U.S. sanctions five South Sudan officials over killings of government critics

JUBA (Reuters) - The United States has imposed sanctions on five South Sudanese officials it says are responsible for the likely murders of two human rights activists in 2017, as Washington piles more pressure on the war-torn country’s government.

The U.S. Treasury named Abud Stephen Thiongkol, Malual Dhal Muorwel, Michael Kuajien, John Top Lam and Angelo Kuot Garang as responsible for the disappearance and alleged killing of human rights lawyer Dong Samuel Luak and opposition politician Aggrey Idri in January 2017.

“Although the Government of South Sudan has denied knowledge of their whereabouts, multiple sources have stated that Dong and Aggrey were extraterritorially kidnapped in Kenya by members of the South Sudanese security services,” the Treasury said in a statement late on Tuesday.

A United Nations panel of experts reported in April that multiple credible sources suggested Aggrey and Dong were likely killed by South Sudan’s National Security Service.

The two government critics were in exile in Kenya but the U.N. panel alleged they were kidnapped by South Sudanese security service officers, flown back to Juba, and executed on a farm owned by President Salva Kiir. The government denied any involvement in their disappearance.

Deputy foreign affairs minister Deng Dau Deng told Reuters on Wednesday that the government would respond soon to the sanctions announcement.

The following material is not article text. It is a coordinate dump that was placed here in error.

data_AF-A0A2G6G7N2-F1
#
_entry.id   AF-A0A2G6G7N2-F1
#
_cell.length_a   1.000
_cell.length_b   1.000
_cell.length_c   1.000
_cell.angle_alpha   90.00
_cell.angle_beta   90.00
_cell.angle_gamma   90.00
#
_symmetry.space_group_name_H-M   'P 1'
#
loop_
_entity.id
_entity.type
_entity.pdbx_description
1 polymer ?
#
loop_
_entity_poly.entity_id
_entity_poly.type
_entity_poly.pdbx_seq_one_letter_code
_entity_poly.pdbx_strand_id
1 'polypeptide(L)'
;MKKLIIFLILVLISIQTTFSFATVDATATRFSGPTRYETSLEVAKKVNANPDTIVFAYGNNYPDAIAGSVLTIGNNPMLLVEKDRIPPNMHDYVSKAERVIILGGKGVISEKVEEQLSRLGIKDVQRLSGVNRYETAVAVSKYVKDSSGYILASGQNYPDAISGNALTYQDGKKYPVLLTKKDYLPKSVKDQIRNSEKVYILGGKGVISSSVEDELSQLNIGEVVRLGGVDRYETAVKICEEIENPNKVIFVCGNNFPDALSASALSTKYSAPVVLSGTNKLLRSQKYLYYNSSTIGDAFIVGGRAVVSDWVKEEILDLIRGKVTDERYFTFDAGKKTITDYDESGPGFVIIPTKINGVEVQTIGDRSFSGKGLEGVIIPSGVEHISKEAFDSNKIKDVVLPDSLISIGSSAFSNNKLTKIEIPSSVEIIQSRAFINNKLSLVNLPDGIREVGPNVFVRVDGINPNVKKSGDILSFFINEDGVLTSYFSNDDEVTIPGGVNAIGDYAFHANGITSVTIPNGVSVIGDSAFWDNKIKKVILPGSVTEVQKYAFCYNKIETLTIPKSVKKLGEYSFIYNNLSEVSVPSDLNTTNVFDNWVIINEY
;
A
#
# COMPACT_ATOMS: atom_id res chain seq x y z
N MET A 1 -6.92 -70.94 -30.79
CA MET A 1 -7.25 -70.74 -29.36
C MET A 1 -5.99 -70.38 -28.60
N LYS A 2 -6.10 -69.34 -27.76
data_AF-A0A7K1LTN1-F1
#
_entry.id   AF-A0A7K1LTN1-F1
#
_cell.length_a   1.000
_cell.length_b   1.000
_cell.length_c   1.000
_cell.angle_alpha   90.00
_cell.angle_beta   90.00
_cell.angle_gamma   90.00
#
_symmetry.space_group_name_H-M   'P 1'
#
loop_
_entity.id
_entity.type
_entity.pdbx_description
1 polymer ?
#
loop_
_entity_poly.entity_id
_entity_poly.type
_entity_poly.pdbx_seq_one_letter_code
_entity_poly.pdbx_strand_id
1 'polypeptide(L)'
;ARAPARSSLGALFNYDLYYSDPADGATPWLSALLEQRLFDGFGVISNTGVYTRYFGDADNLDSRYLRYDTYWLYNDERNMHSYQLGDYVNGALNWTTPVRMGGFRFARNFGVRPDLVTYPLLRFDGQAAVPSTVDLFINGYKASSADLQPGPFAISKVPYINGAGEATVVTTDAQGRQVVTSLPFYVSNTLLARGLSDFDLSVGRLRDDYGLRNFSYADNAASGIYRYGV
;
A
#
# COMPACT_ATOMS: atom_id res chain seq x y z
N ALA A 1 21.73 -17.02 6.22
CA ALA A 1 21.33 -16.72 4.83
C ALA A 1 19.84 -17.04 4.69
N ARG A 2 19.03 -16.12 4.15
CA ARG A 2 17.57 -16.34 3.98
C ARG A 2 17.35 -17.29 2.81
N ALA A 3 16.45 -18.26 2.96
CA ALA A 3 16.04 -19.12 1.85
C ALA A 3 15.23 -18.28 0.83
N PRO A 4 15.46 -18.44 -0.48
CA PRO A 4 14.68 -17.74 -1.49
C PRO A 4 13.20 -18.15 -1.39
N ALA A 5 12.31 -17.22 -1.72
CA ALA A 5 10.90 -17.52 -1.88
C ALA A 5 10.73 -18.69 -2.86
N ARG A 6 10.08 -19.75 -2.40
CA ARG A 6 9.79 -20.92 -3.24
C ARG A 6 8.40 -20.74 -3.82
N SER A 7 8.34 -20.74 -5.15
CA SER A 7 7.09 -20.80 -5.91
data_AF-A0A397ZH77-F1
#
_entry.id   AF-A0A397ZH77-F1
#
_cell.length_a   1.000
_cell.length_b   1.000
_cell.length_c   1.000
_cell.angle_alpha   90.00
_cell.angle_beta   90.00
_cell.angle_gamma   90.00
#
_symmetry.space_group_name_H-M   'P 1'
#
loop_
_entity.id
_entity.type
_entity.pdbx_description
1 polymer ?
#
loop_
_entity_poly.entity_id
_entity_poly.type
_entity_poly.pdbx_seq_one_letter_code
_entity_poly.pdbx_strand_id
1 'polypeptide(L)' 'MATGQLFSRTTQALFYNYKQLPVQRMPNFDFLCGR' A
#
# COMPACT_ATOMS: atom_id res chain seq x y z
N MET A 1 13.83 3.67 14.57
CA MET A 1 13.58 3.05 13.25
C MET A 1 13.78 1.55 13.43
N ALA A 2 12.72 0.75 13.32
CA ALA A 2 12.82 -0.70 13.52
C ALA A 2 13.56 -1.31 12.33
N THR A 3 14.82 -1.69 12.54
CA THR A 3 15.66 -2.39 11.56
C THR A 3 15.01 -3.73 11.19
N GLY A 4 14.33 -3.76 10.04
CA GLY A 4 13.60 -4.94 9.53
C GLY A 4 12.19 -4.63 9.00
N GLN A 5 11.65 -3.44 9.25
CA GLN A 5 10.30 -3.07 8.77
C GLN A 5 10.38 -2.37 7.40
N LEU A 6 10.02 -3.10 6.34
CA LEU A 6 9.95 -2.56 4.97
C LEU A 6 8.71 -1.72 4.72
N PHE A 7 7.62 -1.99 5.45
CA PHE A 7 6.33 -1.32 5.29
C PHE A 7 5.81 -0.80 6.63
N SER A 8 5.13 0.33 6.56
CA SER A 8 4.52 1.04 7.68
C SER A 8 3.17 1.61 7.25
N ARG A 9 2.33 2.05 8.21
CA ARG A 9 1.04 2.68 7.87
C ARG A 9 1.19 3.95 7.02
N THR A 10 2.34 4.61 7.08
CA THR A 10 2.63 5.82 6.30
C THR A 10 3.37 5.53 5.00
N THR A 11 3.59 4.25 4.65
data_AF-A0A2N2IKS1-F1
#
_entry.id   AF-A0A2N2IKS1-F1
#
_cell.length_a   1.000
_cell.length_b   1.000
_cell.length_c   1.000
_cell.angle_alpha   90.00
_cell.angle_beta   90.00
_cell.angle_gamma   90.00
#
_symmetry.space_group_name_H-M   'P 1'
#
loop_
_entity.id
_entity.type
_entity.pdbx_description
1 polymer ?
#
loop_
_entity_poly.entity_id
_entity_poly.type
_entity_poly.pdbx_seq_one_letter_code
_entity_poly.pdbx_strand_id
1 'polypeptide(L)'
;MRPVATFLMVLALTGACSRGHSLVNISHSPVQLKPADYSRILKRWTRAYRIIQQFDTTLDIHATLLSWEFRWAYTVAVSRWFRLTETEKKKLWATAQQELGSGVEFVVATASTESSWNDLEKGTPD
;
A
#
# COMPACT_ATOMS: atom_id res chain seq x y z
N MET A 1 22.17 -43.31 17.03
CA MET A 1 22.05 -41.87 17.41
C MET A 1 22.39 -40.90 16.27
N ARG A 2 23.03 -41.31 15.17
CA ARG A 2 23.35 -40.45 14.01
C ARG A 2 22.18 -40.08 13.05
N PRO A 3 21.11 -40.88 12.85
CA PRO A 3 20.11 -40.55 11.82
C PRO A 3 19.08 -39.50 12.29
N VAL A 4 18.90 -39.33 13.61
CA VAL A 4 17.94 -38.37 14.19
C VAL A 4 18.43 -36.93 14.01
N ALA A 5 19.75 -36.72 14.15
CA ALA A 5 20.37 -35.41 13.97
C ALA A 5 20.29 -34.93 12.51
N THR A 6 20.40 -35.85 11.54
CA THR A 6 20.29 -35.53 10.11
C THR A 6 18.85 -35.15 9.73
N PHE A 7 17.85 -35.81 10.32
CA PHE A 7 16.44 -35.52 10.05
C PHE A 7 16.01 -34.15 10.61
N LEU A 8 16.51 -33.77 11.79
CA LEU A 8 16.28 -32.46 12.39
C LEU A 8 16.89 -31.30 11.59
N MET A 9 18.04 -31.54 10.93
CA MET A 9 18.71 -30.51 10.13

The sanctions were just one step toward accountability for the deaths of Aggrey and Dong, the U.S. watchdog group The Sentry said on Tuesday. “Real justice will require the perpetrators of these crimes to be tried in a court of law,” it said.

President Kiir and opposition leader Riek Machar signed a peace deal in September 2018 to form the unity government by Nov 12. But days before the deadline, the two leaders gave themselves an extension of 100 days to implement the agreement, a move criticized by Washington.

Later last month, the U.S. recalled its ambassador from South Sudan and said it was re-evaluating its relationship with the South Sudan government.

Civl war broke out in oil-producing South Sudan in 2013, less than two years after the country gained independence from Sudan following decades of war. The conflict that has killed an estimated 400,000 people and forced millions from their homes.

Reporting by Denis Dumo; writing by Omar Mohammed; Editing by Maggie Fick and Alex Richardson